I don’t speak of Jim out loud to very many people these days. It’s been over ten years since he departed to the other side but I think of him often. October is the month in which he passed away and as the month comes to a close, I can’t help but reflect on who Jim was and how he inspired me to dance even when I don’t always feel my best. You see, Jim was an old-school raver that stomped and carried on the tradition of liquid. When we went out, he sometimes wore JNCO jeans and a visor, the raver wear of yore. Jim would have me on the edge of my chair as he recanted his time spent at these epic raves in Atlanta and California. I was captivated by his stories of underground parties and massives, wishing I could experience a fraction of what he got to live through. At the time of his passing, I was only five years into the electronic dance music scene in Houston and there wasn’t much to offer in way of big massives and festivals still. But Jim kept the hope in me alive that maybe one day the scene would turn around, continue to grow, and we would start having festivals. Jim died before he could see this come to pass. I would rather not recount how I came to find out my friend had died as I have relived that in my head enough. I’d rather remember him for the happiness and joy he brought to my life. He was one of the few people I have known in my life that always had a good, forward-thinking attitude. Even when life was not going his way, he maintained the notion that things could get better, would get better. The nights we would embark on our late night rendezvous I would watch Jim dance and dance. He didn’t care who was watching or what they thought. He just moved and let the music take him to places only those who have been touched by electronic dance music know.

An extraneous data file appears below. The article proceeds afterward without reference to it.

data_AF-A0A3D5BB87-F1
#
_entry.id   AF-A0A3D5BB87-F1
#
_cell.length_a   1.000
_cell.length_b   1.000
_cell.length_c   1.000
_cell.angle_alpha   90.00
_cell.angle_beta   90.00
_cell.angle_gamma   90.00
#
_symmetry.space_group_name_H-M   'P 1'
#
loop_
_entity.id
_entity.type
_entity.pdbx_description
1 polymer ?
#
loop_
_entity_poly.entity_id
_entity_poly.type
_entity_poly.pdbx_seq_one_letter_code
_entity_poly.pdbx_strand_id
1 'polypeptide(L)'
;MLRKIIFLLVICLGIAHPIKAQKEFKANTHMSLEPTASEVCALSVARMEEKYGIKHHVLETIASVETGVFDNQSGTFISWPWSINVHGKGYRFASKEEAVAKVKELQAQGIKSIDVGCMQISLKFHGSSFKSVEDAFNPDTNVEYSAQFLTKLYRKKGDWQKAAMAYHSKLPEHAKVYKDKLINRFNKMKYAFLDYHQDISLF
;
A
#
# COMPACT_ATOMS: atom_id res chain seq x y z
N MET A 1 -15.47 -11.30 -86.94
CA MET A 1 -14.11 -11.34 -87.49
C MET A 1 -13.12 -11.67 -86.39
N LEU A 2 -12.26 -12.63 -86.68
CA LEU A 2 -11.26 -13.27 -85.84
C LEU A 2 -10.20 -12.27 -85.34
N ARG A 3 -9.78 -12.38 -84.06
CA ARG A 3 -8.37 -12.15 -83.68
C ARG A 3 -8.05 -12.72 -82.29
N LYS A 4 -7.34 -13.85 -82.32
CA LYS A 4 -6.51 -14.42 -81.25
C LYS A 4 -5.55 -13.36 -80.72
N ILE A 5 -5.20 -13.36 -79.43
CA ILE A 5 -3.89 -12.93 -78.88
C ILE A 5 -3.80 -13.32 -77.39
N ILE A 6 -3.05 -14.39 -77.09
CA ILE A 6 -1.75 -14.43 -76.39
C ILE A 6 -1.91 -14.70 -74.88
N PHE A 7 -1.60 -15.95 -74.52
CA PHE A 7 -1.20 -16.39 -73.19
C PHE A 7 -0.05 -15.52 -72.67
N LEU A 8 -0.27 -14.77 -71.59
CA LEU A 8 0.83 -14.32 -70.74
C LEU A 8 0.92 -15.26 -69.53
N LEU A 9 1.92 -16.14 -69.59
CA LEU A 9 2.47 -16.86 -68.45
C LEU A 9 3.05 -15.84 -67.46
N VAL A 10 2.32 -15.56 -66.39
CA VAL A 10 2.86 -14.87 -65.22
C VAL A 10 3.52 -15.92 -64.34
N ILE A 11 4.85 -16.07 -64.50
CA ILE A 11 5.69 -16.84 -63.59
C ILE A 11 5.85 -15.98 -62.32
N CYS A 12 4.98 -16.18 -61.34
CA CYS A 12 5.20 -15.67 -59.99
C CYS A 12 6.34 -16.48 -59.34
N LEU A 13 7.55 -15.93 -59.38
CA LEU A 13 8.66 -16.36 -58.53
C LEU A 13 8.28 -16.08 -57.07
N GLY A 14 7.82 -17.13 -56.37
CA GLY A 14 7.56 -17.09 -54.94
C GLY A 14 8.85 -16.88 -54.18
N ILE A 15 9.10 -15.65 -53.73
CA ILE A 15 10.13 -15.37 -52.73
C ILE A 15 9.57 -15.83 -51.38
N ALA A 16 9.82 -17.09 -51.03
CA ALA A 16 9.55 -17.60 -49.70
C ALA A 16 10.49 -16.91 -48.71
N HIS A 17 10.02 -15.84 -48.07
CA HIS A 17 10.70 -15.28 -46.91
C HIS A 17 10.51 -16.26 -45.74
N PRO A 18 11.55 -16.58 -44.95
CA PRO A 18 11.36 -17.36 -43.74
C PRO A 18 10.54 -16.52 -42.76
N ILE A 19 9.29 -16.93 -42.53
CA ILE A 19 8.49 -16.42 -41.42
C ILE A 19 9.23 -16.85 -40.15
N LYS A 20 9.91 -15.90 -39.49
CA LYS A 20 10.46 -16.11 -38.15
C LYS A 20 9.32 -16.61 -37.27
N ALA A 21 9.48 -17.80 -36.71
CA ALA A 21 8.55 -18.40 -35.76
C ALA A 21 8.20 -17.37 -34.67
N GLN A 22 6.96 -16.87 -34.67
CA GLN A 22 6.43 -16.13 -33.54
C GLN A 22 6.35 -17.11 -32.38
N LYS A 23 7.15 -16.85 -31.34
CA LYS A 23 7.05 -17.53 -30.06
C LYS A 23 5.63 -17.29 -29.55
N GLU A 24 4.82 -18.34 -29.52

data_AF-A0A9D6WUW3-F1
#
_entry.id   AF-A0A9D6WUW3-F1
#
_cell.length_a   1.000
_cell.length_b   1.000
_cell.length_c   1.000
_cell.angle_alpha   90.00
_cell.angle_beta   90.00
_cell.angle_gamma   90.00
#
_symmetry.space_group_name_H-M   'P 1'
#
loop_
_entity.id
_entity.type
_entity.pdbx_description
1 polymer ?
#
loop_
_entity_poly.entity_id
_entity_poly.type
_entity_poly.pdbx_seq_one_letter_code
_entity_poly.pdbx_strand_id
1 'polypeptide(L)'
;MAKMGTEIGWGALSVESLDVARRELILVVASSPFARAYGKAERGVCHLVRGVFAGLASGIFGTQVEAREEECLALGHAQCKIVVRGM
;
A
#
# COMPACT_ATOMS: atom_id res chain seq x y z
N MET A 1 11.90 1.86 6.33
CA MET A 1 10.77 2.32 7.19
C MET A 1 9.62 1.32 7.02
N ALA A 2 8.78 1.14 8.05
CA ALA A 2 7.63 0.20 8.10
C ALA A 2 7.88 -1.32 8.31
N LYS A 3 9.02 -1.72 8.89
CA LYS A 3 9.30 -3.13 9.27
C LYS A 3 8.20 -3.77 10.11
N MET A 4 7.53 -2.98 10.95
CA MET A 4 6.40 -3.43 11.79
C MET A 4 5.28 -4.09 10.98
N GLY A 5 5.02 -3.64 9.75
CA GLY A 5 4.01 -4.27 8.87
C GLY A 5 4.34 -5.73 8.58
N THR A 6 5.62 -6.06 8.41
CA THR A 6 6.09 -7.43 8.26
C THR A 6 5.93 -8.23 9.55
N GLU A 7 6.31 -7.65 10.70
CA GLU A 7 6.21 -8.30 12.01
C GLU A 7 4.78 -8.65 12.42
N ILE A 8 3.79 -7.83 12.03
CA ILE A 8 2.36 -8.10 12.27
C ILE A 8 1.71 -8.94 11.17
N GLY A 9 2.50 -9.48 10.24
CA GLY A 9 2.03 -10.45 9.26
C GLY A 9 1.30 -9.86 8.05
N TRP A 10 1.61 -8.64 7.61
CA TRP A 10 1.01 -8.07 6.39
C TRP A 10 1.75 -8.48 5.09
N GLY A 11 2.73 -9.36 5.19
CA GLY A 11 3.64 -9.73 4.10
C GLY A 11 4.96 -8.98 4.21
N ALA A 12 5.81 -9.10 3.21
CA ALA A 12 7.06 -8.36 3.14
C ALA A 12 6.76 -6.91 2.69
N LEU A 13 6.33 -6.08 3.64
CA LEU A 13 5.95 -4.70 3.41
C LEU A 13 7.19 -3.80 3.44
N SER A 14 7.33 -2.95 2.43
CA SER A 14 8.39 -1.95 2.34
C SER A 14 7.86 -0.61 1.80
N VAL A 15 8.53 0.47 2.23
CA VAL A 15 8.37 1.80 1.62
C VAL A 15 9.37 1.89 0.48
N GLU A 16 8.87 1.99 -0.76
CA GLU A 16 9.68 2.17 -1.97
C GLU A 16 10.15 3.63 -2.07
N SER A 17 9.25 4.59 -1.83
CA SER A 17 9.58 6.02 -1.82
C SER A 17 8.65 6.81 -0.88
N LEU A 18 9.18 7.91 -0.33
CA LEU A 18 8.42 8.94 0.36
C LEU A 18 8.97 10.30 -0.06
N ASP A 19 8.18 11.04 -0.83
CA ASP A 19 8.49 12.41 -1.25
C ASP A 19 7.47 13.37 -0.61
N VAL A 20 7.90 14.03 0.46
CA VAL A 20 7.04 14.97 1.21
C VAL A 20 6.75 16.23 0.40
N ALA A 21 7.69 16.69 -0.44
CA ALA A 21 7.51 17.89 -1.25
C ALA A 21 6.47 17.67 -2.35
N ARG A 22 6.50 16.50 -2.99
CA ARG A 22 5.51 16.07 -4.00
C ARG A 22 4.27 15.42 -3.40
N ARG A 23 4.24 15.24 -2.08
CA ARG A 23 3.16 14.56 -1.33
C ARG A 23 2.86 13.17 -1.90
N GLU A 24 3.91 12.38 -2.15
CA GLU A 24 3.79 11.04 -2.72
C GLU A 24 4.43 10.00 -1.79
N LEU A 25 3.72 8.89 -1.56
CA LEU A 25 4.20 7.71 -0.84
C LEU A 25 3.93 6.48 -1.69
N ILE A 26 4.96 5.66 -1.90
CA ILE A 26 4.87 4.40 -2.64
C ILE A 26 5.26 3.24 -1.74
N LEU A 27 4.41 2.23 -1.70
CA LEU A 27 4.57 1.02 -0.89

I wish Jim could see what has become of the Houston electronic dance music scene. It’s changed and will never be what it was in the ’90s or the early 00s, but it has grown to support a festival like Something Wicked, which will take October 28th and October 29th this weekend. If Jim were here, I imagine he would smile that same Cheshire grin at me he always did, grab my hand, and demand we have a good time. I dance for Jim, I dance for the dead who cannot be with me on this side of the earth. It would be a dishonor to not live life fully and freely, or deny the call of the dancefloor. I swear there are times I can feel him with me as my feet slide across the floor and in those moments, I feel comforted that I am dancing and someone is watching. Jim would not have wanted me to be sad and to stop doing the things I loved. So for Jim and the dead, I dance.